George J. Perkins wrote:
> The NCC sub-committee for setting up anti-virus recommendations a couple
> of years ago discussed the issues of "opt-in" vs "opt-out" and even
> though we wanted to recommend "opt-out" in this unusual case, we were
> told in no uncertain terms that non-header information in mail messages
> was clearly "user-generated", and whether it technically belonged to
> the sender or to the recipient in its course through the network between
> the two did not matter, it could NOT be scanned, automatically or not.
> Any notification of changes in the way E-mail was to be handled _had_ to
> be approved by the users. We were thus forced to water down the
> recommendation from "opt-out" to "opt-in" -- on any *existing* E-mail
> system (i.e., pilot).
And the sub-committee recommended the ability to "opt-out", which isn't
possible under the planned changes.
> The loophole was that the soon-to-be-announced-at-that-time upgrade to
> mail.msu.edu was considered as setting up a new system, so a user making
> the switchover could look at the fine print (somewhere) and see that the
> possibility for anti-virus scanning was part of the system and, by
> continuing to make the switchover, implicitly opt in to that behavior
> (whether it was actually activated at the time or not).
> So, as long as the mail.msu.edu upgrade procedure or documentation mention
> anti-virus scanning somewhere, it's probably not an issue (at least not a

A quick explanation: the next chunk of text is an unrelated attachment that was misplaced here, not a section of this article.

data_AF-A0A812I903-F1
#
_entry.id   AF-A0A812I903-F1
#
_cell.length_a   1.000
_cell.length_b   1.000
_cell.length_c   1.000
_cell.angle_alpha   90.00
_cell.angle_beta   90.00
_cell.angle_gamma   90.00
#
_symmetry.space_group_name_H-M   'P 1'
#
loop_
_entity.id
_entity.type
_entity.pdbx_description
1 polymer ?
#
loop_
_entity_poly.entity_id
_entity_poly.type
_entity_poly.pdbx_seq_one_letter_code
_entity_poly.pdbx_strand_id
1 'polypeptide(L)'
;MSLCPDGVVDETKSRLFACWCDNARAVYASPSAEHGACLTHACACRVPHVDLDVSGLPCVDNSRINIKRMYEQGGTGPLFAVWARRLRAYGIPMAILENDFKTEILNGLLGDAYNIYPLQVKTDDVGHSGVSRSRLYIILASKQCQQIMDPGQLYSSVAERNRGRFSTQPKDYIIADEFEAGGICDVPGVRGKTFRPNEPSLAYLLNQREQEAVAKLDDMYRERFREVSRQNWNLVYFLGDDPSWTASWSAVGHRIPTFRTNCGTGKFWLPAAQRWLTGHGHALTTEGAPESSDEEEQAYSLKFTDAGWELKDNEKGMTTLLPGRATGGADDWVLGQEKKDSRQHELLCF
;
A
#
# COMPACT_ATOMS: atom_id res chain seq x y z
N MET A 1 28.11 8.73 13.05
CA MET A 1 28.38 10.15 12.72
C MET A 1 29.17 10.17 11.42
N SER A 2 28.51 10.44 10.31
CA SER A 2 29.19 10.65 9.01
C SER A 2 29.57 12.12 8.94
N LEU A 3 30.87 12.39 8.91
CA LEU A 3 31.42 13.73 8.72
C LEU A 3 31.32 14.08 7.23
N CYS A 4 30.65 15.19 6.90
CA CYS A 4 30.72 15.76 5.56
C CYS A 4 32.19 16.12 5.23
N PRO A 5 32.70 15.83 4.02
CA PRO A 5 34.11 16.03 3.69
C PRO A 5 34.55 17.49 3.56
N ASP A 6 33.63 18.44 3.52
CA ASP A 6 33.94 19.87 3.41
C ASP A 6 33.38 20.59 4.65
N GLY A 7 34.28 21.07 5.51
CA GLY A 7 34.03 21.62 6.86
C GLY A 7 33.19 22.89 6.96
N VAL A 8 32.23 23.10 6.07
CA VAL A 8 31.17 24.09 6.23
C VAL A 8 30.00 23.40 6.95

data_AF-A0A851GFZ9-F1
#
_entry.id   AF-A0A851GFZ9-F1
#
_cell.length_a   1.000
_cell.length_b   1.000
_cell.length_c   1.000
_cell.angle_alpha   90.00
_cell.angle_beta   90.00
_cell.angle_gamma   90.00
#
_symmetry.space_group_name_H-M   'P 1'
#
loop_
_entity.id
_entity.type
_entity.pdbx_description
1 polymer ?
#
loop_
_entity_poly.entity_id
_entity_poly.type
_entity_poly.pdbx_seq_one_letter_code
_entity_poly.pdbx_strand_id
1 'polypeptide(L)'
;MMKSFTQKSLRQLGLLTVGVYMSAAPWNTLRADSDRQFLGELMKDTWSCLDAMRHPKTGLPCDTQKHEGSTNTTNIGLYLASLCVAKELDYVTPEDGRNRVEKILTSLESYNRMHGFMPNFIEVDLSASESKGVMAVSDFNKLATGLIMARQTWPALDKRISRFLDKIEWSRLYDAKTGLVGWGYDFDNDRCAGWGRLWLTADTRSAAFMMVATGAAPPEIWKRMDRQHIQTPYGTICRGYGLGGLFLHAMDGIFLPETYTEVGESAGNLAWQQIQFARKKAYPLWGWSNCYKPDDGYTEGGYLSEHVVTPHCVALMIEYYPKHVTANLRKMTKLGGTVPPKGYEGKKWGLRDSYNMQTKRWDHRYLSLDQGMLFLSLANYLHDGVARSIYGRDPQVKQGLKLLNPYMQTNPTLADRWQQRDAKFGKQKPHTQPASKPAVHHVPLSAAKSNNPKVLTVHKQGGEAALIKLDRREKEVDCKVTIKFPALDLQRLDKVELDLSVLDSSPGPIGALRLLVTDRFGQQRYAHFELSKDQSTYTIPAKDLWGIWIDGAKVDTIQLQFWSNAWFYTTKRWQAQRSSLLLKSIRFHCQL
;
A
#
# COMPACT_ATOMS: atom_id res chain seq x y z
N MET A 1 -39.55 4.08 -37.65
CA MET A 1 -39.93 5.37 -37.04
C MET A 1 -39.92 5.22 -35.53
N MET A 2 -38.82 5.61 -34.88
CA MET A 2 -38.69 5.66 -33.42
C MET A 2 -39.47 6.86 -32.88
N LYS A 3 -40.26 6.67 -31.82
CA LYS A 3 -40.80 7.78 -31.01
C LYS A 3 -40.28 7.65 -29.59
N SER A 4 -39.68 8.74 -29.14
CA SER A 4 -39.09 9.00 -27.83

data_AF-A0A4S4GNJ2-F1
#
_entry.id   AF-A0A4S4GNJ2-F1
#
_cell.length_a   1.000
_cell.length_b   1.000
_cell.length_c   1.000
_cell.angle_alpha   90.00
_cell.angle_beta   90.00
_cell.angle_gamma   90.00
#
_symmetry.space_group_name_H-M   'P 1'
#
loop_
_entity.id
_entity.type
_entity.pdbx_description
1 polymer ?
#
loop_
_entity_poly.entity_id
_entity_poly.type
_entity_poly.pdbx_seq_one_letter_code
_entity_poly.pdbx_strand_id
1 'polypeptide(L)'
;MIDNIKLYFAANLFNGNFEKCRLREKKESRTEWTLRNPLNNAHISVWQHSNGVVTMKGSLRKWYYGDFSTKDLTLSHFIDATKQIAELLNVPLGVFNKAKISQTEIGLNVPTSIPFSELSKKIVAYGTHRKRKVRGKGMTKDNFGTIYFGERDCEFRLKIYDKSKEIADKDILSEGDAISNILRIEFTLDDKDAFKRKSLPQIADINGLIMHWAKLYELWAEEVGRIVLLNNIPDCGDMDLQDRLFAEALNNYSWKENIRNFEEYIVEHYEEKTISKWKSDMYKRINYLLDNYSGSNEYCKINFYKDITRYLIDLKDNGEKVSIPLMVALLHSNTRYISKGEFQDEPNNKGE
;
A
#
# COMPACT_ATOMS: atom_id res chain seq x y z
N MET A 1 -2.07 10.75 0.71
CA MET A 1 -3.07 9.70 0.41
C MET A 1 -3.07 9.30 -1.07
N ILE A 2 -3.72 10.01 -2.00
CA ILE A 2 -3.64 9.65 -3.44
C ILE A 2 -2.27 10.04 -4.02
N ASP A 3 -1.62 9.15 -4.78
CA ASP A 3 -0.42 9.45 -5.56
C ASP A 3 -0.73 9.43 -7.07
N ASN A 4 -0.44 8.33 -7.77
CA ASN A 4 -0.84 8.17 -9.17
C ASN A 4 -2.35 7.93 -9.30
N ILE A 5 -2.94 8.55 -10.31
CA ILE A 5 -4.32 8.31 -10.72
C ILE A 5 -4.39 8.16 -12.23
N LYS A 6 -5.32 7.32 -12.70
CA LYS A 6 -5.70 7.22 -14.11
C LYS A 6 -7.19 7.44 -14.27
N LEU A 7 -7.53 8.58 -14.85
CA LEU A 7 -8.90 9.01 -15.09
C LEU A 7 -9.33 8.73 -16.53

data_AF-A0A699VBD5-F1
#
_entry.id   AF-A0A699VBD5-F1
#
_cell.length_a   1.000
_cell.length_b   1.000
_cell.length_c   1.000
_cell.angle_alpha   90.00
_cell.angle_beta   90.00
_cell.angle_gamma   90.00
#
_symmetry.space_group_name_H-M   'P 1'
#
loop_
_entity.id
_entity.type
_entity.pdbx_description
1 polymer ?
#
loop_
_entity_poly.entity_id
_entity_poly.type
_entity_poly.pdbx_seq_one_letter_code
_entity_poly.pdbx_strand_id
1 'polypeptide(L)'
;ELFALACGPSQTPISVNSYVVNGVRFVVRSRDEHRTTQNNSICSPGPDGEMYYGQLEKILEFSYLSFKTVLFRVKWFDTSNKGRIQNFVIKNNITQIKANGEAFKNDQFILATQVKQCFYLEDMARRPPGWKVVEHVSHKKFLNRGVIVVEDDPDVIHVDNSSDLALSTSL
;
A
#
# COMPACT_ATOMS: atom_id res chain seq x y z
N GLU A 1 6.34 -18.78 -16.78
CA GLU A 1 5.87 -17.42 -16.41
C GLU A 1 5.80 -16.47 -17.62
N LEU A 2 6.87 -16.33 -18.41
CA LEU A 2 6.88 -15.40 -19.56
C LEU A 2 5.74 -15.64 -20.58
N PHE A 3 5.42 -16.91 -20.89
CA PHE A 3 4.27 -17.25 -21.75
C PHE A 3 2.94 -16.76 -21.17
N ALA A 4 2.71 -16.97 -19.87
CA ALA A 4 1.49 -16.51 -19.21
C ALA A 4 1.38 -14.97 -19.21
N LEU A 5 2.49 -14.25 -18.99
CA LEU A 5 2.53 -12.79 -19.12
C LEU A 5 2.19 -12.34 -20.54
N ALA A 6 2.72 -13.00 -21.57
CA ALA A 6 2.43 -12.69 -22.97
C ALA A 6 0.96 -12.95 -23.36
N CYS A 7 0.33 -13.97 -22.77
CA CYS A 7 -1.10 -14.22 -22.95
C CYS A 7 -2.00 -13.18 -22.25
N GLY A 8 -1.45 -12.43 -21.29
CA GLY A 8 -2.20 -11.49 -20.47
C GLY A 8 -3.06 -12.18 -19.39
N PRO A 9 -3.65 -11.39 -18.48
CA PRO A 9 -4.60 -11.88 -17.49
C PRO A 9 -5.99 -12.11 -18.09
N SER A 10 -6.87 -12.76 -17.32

> major one).
I just looked at the first two steps of the switchover procedure. There
doesn't appear to be any explicit mention of anti-virus. The Sanitizer
is mentioned at step 3, but I can't get that far without a new ID to
upgrade. But I do remember the Sanitizer is optional. And just
mentioning "anti-virus scanning" is somewhat vague. Many people might
assume messages will still be delivered, just tagged as infected or
clean. And you are presented with the OLD/FLAWED/CURRENTLY in effect
version of the AUP.
I see how the Computer Lab is between a rock and a hard place here.
Emailing a message directly to 60,000+ people is bound to confuse some
of them. But the hit or miss method currently used to advertise this
just seems dishonest to me. In the words of Vice Provost Gift: "Network
policies should be made known to users..." Slide 5 from
> There are two other mitigating factors:
> (a) the original edict about automatic anti-virus scanning of the contents
> of E-mail was from someone no longer in a position to enforce it;
But that edict was drummed into us long and hard. I certainly repeated
it to people that wondered if the administration was monitoring their
email - as an example of MSU's strong and even overzealous commitment to
academic freedom. I agree that times have changed and being more
proactive is wise, but feel this is a major change that should be widely